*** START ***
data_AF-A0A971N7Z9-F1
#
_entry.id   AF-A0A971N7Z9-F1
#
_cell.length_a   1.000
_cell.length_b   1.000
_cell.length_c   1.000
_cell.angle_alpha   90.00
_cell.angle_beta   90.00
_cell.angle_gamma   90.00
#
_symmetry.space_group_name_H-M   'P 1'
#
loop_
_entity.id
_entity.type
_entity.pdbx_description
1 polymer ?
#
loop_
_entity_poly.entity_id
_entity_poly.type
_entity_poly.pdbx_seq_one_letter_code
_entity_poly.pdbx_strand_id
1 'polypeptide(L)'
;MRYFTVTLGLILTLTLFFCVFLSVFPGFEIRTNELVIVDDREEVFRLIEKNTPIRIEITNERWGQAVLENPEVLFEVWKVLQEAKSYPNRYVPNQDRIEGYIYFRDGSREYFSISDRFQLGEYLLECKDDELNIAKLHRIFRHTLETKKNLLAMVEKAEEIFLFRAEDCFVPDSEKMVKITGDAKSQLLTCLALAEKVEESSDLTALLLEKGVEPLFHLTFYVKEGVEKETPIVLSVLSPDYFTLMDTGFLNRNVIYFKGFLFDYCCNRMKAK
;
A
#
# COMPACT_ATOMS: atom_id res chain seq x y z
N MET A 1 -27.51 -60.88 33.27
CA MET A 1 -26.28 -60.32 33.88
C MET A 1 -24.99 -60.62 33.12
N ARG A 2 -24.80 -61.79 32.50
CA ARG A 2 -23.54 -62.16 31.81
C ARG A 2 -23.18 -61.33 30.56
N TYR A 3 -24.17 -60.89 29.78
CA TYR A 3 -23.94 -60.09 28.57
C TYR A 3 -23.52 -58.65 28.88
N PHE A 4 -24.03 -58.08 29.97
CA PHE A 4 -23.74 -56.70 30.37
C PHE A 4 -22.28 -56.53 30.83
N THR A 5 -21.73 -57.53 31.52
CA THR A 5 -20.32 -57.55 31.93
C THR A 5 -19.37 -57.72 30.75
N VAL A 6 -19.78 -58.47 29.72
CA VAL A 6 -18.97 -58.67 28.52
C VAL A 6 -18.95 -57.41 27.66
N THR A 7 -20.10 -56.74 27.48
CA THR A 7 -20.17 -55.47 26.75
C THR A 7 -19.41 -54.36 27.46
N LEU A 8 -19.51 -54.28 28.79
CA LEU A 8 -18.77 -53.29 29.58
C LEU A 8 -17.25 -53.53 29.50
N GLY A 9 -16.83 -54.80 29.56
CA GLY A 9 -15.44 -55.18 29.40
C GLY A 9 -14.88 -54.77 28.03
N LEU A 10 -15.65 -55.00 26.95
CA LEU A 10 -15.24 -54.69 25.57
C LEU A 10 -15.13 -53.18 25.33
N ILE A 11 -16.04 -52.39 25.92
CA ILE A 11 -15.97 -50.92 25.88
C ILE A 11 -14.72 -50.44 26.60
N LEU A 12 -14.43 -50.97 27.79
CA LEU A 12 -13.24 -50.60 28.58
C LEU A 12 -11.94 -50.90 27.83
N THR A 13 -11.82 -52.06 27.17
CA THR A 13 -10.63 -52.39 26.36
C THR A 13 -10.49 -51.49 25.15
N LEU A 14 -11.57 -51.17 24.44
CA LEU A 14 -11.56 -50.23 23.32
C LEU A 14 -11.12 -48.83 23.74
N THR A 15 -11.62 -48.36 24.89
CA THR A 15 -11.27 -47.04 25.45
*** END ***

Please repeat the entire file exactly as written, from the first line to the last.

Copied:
data_AF-A0A971N7Z9-F1
#
_entry.id   AF-A0A971N7Z9-F1
#
_cell.length_a   1.000
_cell.length_b   1.000
_cell.length_c   1.000
_cell.angle_alpha   90.00
_cell.angle_beta   90.00
_cell.angle_gamma   90.00
#
_symmetry.space_group_name_H-M   'P 1'
#
loop_
_entity.id
_entity.type
_entity.pdbx_description
1 polymer ?
#
loop_
_entity_poly.entity_id
_entity_poly.type
_entity_poly.pdbx_seq_one_letter_code
_entity_poly.pdbx_strand_id
1 'polypeptide(L)'
;MRYFTVTLGLILTLTLFFCVFLSVFPGFEIRTNELVIVDDREEVFRLIEKNTPIRIEITNERWGQAVLENPEVLFEVWKVLQEAKSYPNRYVPNQDRIEGYIYFRDGSREYFSISDRFQLGEYLLECKDDELNIAKLHRIFRHTLETKKNLLAMVEKAEEIFLFRAEDCFVPDSEKMVKITGDAKSQLLTCLALAEKVEESSDLTALLLEKGVEPLFHLTFYVKEGVEKETPIVLSVLSPDYFTLMDTGFLNRNVIYFKGFLFDYCCNRMKAK
;
A
#
# COMPACT_ATOMS: atom_id res chain seq x y z
N MET A 1 -27.51 -60.88 33.27
CA MET A 1 -26.28 -60.32 33.88
C MET A 1 -24.99 -60.62 33.12
N ARG A 2 -24.80 -61.79 32.50
CA ARG A 2 -23.54 -62.16 31.81
C ARG A 2 -23.18 -61.33 30.56
N TYR A 3 -24.17 -60.89 29.78
CA TYR A 3 -23.94 -60.09 28.57
C TYR A 3 -23.52 -58.65 28.88
N PHE A 4 -24.03 -58.08 29.97
CA PHE A 4 -23.74 -56.70 30.37
C PHE A 4 -22.28 -56.53 30.83
N THR A 5 -21.73 -57.53 31.52
CA THR A 5 -20.32 -57.55 31.93
C THR A 5 -19.37 -57.72 30.75
N VAL A 6 -19.78 -58.47 29.72
CA VAL A 6 -18.97 -58.67 28.52
C VAL A 6 -18.95 -57.41 27.66
N THR A 7 -20.10 -56.74 27.48
CA THR A 7 -20.17 -55.47 26.75
C THR A 7 -19.41 -54.36 27.46
N LEU A 8 -19.51 -54.28 28.79
CA LEU A 8 -18.77 -53.29 29.58
C LEU A 8 -17.25 -53.53 29.50
N GLY A 9 -16.83 -54.80 29.56
CA GLY A 9 -15.44 -55.18 29.40
C GLY A 9 -14.88 -54.77 28.03
N LEU A 10 -15.65 -55.00 26.95
CA LEU A 10 -15.24 -54.69 25.57
C LEU A 10 -15.13 -53.18 25.33
N ILE A 11 -16.04 -52.39 25.92
CA ILE A 11 -15.97 -50.92 25.88
C ILE A 11 -14.72 -50.44 26.60
N LEU A 12 -14.43 -50.97 27.79
CA LEU A 12 -13.24 -50.60 28.58
C LEU A 12 -11.94 -50.90 27.83
N THR A 13 -11.82 -52.06 27.17
CA THR A 13 -10.63 -52.39 26.36
C THR A 13 -10.49 -51.49 25.15
N LEU A 14 -11.57 -51.17 24.44
CA LEU A 14 -11.56 -50.23 23.32
C LEU A 14 -11.12 -48.83 23.74
N THR A 15 -11.62 -48.36 24.89
CA THR A 15 -11.27 -47.04 25.45